Contrary to popular belief, not all cells require insulin in order to transport glucose
inside of a cell. Some organs and tissues are insulin-independent, meaning insulin is not required, whereas others are insulin-dependent, meaning they require insulin.  GLUT 4 transporters are located on skeletal muscle, adipose tissue, and the heart and do require insulin. In order for glucose to be transported into these cells, insulin must
bind to insulin receptors and signal for this process to occur. Insulin is produced by beta cells in the pancreas in response to high blood glucose levels. Once it is released, it binds to insulin receptors and triggers a response to allow
glucose to be transported into the cell. GLUT 1 Insulin independentBloodBlood-brain-barrierHeart (partially) GLUT 2Insulin-independentLiverPancreasSmall IntestineGLUT 3Insulin-independentBrain NeuronsSpermGLUT 4Insulin-dependentSkeletal MuscleAdipose tissue (fat)HeartDysfunctions in Glucose RegulationGlucose regulation can become dysfunctional at many different steps. If insulin is not produced sufficiently, glucose is unable to enter insulin-dependent cells and these cells can starve. This is known as type 1 diabetes mellitus. If insulin is produced sufficiently, but receptors are damaged or are insulin resistant, they can not signal to allow glucose transport, and again cells become starved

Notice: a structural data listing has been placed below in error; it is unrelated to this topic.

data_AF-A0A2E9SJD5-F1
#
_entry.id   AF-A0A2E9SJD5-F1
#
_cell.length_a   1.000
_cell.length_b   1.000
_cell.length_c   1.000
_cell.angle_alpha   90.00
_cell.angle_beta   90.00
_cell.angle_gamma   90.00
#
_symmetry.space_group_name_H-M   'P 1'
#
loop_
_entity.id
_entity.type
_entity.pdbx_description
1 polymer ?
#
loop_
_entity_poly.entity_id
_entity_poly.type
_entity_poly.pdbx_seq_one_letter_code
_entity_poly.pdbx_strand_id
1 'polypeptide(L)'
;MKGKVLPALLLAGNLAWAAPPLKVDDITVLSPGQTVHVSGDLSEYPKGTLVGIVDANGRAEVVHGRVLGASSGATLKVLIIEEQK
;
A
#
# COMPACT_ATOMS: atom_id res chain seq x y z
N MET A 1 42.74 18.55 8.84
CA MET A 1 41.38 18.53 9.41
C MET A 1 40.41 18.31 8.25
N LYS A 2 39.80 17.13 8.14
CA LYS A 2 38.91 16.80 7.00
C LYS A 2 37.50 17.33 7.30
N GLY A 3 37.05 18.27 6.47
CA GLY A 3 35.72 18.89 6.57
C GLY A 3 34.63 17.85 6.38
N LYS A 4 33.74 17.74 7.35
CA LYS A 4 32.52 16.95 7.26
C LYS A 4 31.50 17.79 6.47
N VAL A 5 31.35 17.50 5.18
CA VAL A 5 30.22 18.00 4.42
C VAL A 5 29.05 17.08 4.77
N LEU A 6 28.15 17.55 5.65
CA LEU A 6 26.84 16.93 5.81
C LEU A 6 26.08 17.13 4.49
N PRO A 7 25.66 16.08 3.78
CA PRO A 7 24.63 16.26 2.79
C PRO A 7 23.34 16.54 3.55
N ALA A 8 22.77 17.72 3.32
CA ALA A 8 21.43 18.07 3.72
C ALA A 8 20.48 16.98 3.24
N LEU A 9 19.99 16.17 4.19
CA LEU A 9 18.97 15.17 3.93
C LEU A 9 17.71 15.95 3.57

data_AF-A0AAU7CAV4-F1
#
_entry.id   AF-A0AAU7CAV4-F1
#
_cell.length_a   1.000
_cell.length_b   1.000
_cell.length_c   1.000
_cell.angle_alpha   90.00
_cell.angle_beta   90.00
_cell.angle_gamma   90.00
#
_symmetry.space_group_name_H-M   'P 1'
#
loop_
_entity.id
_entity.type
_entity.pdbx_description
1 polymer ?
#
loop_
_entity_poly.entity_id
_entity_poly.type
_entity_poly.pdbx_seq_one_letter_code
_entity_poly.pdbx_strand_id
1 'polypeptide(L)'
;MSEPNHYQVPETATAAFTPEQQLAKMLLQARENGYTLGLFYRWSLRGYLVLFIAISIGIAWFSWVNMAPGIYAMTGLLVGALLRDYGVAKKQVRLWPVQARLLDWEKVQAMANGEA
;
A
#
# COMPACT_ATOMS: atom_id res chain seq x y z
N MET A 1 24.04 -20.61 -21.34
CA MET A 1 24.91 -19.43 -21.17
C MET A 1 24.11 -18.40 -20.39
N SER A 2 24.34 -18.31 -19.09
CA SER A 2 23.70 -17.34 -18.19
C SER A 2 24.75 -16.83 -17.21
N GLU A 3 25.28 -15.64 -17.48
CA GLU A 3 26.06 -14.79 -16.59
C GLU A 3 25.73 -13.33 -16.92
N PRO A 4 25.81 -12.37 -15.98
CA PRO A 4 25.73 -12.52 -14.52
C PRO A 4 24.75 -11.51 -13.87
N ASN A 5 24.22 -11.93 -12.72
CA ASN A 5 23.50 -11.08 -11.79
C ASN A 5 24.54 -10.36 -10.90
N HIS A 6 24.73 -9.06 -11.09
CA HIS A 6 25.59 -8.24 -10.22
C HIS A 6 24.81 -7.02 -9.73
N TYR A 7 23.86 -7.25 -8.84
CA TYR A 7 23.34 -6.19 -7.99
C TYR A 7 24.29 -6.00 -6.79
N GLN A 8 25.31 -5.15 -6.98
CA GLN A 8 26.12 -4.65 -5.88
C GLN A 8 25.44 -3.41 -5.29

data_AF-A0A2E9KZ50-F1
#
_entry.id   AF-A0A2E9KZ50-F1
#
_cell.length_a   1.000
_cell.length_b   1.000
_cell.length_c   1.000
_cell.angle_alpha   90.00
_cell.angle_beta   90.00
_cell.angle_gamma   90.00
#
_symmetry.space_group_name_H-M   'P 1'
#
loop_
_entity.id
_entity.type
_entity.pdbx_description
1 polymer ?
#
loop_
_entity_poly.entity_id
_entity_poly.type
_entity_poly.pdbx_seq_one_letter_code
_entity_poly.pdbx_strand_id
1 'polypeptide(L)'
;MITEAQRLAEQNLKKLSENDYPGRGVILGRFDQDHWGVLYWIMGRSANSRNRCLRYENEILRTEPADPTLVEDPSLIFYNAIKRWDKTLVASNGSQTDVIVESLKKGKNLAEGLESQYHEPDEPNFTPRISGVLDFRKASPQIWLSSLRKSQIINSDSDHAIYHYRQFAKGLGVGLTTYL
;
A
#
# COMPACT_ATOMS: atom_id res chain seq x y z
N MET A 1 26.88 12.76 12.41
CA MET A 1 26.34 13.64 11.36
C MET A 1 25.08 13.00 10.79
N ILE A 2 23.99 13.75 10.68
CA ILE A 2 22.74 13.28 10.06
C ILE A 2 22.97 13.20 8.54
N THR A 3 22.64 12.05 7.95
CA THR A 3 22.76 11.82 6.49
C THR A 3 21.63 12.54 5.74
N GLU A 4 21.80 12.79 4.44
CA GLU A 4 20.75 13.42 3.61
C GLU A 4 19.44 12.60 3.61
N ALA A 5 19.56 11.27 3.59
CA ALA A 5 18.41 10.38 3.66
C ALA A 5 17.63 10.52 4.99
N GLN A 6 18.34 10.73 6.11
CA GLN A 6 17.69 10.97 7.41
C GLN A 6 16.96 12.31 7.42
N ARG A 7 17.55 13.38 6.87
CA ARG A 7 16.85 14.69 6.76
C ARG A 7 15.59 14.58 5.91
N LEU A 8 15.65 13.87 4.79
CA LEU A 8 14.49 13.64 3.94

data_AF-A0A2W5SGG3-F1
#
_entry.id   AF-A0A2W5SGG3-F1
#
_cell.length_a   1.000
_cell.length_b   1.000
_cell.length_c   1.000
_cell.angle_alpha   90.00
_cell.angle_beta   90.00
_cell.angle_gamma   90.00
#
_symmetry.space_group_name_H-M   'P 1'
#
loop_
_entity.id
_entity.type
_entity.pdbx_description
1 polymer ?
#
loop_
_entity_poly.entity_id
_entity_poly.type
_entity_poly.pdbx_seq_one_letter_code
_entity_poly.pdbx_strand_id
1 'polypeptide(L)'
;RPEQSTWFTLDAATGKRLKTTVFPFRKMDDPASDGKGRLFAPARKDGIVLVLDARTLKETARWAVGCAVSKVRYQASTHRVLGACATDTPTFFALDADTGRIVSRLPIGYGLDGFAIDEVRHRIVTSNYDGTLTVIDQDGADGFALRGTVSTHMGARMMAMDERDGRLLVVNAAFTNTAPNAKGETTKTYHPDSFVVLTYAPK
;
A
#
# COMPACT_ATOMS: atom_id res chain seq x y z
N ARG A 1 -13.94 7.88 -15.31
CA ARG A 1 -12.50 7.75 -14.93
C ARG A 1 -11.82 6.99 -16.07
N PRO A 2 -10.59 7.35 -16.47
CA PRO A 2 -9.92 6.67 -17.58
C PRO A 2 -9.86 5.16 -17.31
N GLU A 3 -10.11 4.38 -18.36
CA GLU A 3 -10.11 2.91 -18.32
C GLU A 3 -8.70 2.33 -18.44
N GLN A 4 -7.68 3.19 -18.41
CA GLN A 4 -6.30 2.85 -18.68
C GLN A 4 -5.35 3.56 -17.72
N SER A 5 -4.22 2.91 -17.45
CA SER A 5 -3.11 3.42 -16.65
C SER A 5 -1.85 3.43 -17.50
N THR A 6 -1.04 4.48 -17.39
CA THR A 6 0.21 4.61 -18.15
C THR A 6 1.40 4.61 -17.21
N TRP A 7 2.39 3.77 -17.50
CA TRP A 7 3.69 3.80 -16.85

for energy. This is known as type 2 diabetes.